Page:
I am looking at the description of Weil MOV Attack from the Vanstone, Menezes Book (Guide to Elliptic Curve Cryptograpy)

Suppose now that the prime order $n$ of $P \in E(F_q)$ satisfies $gcd(n,q) = 1$. Let $k$ be the smallest positive integer such that $q^k \equiv 1 \pmod n$, the integer $k$ is the multiplicative order of $q$ modulo $n$ and therefore is a divisor of $n − 1$. Since $n$ divides $q^k − 1$, the multiplicative group ${F^\star}_{q^k}$ of the extension field $F_{q^k}$ has a unique subgroup $G$ of order $n$. The Weil pairing attack constructs an isomorphism from $\langle P \rangle$ to $G$ when the additional constraint $n \nmid (q − 1)$ is satisfied

So the $MOV$ attack would work only if the $ECDH$ problem is of the kind $nG = R$ with $G$ a point of prime order. So for $ECDH$, do we always chose a generator of prime order. If so, why?

So there seems to be 4 conditions which need to be satisfied for the MOV attack to work

  • Prime order of Generator.
  • The order of the generator is coprime to the order of the Field
  • The order of the genarator does not divide $(q − 1)$
  • Small embedding degree

So even if you do have a small embedding degree what would be probability that the $MOV$ attack would be applicable. A lot of different conditions need to be satisfied - i.e. you could choose a small embedding degree as long as one of the other conditions aren't satisfied.


1 Answer 1


In broad generality we can solve the discrete logarithm $nG=R$ problem for a point of order $m$ by solving for $n\pmod q$ for every prime power that divides $m$ and combining them with the Chinese remainder theorem.

Generically we can solve the component discrete logarithm problem modulo $q=p^t$ with $O(tp^{1/2})$ work using methods such as Pollard's kangaroo.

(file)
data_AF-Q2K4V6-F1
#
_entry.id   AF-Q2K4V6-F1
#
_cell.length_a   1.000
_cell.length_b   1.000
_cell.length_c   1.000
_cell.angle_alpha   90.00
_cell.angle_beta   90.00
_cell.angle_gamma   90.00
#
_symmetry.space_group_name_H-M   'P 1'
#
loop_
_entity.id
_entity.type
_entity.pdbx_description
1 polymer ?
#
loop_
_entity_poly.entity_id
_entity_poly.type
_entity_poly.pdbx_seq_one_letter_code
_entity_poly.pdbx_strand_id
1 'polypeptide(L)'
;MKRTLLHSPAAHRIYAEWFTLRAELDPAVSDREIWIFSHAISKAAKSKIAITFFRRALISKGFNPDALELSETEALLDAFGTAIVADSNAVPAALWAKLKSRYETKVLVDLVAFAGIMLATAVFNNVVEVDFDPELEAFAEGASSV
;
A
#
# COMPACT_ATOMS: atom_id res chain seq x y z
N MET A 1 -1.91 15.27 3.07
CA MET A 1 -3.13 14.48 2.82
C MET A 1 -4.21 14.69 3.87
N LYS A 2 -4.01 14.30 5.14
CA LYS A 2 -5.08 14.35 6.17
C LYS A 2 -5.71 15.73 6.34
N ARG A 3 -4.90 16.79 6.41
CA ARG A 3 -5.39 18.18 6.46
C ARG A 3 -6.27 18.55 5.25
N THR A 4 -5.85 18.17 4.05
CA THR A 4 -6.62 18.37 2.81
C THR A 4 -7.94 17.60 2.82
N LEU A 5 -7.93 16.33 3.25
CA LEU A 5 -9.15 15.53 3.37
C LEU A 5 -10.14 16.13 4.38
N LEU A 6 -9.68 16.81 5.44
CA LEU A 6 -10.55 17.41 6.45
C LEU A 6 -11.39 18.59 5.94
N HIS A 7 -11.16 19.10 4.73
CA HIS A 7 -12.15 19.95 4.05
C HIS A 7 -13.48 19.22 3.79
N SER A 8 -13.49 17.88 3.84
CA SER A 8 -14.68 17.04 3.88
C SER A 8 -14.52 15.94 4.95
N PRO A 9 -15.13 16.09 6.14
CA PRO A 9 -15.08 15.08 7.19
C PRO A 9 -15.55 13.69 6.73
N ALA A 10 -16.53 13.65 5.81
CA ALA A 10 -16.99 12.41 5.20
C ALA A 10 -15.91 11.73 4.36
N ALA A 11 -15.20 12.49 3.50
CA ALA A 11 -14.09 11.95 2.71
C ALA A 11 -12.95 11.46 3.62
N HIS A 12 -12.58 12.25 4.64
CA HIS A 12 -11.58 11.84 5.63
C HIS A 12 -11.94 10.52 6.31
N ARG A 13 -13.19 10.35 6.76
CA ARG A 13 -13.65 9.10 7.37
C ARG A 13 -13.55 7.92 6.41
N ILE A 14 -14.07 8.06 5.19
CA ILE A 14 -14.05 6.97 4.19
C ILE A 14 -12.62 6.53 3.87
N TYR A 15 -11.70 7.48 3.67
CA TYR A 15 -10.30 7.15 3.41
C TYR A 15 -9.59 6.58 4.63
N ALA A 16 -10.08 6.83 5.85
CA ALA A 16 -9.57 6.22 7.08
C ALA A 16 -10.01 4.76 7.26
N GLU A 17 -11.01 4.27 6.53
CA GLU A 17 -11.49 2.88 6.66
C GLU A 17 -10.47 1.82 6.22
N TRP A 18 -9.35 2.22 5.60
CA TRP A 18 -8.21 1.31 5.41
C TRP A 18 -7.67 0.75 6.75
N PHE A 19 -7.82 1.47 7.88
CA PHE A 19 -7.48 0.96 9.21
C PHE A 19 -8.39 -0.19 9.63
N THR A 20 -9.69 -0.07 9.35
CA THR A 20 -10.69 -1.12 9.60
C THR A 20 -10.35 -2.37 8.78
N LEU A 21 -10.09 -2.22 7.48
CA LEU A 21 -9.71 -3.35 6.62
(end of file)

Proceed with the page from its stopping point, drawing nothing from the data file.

However for especially badly chosen primes where one of the primes dividing $n$ divides the underlying field characteristics (so that the Smart/Semaev anomalous curve attack applies), or where there is a small embedding degree for that prime (so that the MOV attack applies), the value $n\pmod q$ can be recovered in work sub exponential in $p$. This applies whether $q=n$ or whether there is a cofactor.

The small embedding degree would always make this component of the discrete logarithm very easy to recover so that the hardness of the overall discrete logarithm is dependent on the other primes. At this point one might as well simply work outside the subgroup generated by the prime power with small embedding degree.

The choice to use a generator of prime order is one of efficiency. For, say, 128-bits of security while not leaking any information about $n$, we would want every prime factor of the order of the generator to be 256-bits in size and neither anomalous nor of low embedding degree. We could do this with a case where the order of the generator is the product of two 256-bit primes, but then we would need an underlying field of at least 512-bits and be passing around similarly sized coordinates as public keys. By only using one prime we can work with the smallest possible underlying field while having the appropriate level of security.

  • $\begingroup$ Could you also answer the question in the title. Is the generator always a Prime? If yes, then why? $\endgroup$
    – user93353
    Nov 6, 2022 at 11:22
  • $\begingroup$ Do you mean a generator prime order? In which case, see the last paragraph (I saved the first paragraphs partway through writing). $\endgroup$
    – Daniel S
    Nov 6, 2022 at 11:25
  • $\begingroup$ ok, thank you ... $\endgroup$
    – user93353
    Nov 6, 2022 at 11:56

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